An e-voting system based on block chain technology is being tested out in Moscow. The project has been named Active Citizens.
Results of the voting aren’t binding, but they are very influential with Moscow’s government never making a decision that goes against the vote since its launch in 2014. According to authorities, citizens have voted on a number of key issues such as construction and further expansion of bike lanes, expansion of pedestrian zones, free Wi-Fi available in metro and parks, dance courses and music bands playing in the parks, among other things.
The underlying blockchain technology is ethereum based, according to reports in the local media. Instead of mining, Parity’s Proof of Authority will be employed which relies on the majority of permissioned nodes verifying transactions or, in this case, votes. Authorities have said that all their citizens can join the blockchain system by downloading a node software.
“By doing so, every citizen will become a node of a peer-to-peer network and will be able to record and store the database of votes. Moreover, Muscovites will be able to count the votes up and verify the authencity of results in real time,” they say.
Blockchain technology’s resilience against tampering makes it a highly reliable tool for record keeping. However, there is an issue pertaining to problems that can arise before the data actually makes it to the system i.e. identity.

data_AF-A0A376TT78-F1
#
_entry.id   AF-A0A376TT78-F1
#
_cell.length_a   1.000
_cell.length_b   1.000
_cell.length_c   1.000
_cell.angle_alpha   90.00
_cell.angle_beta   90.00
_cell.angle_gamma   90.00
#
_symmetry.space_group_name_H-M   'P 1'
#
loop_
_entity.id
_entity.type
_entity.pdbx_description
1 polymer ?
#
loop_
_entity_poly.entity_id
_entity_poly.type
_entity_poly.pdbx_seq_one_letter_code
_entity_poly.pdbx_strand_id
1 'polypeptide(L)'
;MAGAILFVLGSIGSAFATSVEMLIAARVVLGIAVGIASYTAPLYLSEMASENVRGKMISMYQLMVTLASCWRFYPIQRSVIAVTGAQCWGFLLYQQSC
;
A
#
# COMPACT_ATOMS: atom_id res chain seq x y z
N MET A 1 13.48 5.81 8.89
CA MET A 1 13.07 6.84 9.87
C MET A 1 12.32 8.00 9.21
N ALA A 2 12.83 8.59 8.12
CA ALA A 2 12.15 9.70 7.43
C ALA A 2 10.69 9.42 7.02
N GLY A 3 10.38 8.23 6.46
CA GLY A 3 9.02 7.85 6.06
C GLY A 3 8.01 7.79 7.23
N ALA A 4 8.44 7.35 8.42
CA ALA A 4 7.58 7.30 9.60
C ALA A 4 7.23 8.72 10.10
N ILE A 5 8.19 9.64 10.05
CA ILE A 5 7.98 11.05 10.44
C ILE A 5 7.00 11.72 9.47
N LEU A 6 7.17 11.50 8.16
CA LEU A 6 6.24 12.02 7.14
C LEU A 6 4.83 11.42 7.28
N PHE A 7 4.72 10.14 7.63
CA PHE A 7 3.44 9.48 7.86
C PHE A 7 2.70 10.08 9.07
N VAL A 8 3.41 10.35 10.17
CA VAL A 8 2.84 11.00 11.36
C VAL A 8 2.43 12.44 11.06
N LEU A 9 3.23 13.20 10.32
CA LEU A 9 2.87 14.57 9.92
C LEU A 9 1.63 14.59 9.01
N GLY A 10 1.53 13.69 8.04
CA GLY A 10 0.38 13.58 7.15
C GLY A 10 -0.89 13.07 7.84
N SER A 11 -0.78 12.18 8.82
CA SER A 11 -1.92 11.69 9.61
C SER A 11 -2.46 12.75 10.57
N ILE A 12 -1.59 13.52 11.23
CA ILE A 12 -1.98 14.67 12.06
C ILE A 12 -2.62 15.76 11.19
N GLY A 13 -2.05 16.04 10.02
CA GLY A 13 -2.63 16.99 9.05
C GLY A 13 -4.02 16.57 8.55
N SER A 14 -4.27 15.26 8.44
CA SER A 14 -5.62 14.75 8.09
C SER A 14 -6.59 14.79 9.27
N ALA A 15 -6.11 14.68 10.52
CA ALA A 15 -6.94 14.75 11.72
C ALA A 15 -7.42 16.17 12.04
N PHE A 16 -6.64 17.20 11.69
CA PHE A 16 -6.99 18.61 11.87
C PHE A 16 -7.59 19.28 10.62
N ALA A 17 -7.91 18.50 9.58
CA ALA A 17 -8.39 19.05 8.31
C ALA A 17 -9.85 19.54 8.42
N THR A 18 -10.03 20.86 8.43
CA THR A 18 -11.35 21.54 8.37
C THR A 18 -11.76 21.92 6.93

With voting, the main problem would be identity, and how you ensure say, to simplify, a blockchain account belongs to an individual and that individual does not have 100 such accounts.
For Active Citizens it is through their phone number and at times they may require official ID such as Passport or Driving License. Once such accounts are established then the veracity of their votes is easier to authenticate because they in effect become computer code which everyone can see.
That may raise concerns regarding privacy, with Vitalik Buterin, Ethereum’s inventor, stating the test pilot “needs moar linkable ring signatures or [zero knowledge proofs (ZKPs)]. Also, public chain integration would be nice.”
Blockchain voting is a very new thing, and considering we have seen some significant hacks, it probably has a long Reway to go before it is used in binding elections, but its potential ability to secure entered data far more than some current set-ups may lead to more testing to determine whether the robustness of voting systems can be increased, at least in some aspects.